"Being socially aware. Being able to have fun with how they dress and express themselves. I was a teen in the mid-2000s and while it was hardly the 1950s, people were much more conformist in dress (though most would say otherwise, we f*cking were. You either follow the preppy/Paris Hilton look, or you dressed exactly like all the punk/Emo kids, otherwise you were a “poser”) and being politically and socially aware wasn’t “cool.” It was cool to not care and not try. I’m glad that’s changed." — u/TerribleAttitude

8. Sporty gals and pals 

"Greater participation in mixed sports. I know so many little girls that are getting to participate in sports they like that were traditionally reserved for boys, baseball for example. ( I am using girls and boys as I am referring to literal children). We also have more women entering collegiate and professional sports as players, executives, coaches, referees/umpires, and more. I love seeing that they don't have to fight to participate in their interests like I did." — u/lickmysackett

9. Who says you're not presidential?

"Put their careers before marriage. I'm 30 so I kind of grew up when we still believed in the fairytale, but these new young women haven't bought into that. They also seem to have much higher standards in general. It took me until 30 to realize that marriage is not the end all be all." — u/PrincessTiaraLove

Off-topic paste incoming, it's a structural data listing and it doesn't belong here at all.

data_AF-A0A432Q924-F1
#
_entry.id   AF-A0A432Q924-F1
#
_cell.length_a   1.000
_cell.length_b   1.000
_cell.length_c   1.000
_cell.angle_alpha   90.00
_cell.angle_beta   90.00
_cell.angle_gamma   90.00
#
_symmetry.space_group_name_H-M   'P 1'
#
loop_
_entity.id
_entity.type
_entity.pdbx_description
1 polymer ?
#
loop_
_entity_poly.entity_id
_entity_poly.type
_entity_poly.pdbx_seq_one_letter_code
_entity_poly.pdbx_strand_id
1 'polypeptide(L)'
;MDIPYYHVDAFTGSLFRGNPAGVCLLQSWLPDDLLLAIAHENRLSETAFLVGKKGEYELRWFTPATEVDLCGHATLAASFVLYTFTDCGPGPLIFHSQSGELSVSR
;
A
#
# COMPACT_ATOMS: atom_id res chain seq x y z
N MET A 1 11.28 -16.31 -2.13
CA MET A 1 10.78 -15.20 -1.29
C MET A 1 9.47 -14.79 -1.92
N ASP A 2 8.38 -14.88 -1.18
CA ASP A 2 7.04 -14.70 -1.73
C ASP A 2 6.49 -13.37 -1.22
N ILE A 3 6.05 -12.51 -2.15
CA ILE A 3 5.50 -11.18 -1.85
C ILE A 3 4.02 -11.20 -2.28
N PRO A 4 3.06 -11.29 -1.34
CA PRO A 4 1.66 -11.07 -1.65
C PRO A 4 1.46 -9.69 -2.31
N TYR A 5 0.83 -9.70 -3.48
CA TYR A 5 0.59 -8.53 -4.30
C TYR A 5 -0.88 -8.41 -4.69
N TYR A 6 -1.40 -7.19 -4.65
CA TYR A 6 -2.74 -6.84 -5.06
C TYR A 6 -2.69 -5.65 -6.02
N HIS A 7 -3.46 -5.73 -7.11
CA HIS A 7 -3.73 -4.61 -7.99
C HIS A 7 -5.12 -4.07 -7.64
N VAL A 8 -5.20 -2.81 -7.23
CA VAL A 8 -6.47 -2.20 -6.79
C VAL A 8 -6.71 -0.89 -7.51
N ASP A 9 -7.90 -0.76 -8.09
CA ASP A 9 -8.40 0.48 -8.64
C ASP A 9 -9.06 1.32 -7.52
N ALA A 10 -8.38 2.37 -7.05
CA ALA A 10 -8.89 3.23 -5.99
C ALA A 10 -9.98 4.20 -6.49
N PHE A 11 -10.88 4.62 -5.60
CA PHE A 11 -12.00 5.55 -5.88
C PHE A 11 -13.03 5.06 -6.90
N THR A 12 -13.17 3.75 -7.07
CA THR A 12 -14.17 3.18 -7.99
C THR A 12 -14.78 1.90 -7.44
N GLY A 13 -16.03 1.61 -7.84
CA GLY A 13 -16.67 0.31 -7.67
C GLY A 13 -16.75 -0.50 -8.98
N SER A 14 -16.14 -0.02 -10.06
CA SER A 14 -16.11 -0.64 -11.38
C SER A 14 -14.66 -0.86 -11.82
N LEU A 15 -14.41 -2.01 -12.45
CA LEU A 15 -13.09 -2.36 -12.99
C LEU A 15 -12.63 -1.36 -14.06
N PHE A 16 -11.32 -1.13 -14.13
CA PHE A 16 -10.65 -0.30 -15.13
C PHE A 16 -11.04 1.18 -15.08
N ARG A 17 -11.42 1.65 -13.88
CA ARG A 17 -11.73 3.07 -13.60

10. Civil liberties run the gamut 

"Honestly I see this in men/boys as well. My oldest son (millennial) dated boys & girls during high school. His friends/classmates didn’t bat an eye. My youngest son’s (Gen Z) first roommate after HS was gay. It was a non-issue within their friend group. He also introduced me to two trans teens from that friend group. I am very proud & hopeful to see how things have evolved from the Gen X years (& before)." — u/allminorchords

11. Age gap relationships

"Being wary of age gap relationships they are not all bad but there is a correlation between higher chances of abuse ( sexual, finacial or physical) that cant be ignored there is a reason why so many men chase after young women, and none of them are positive ( at least not good for the young woman in question )." — u/Lyskir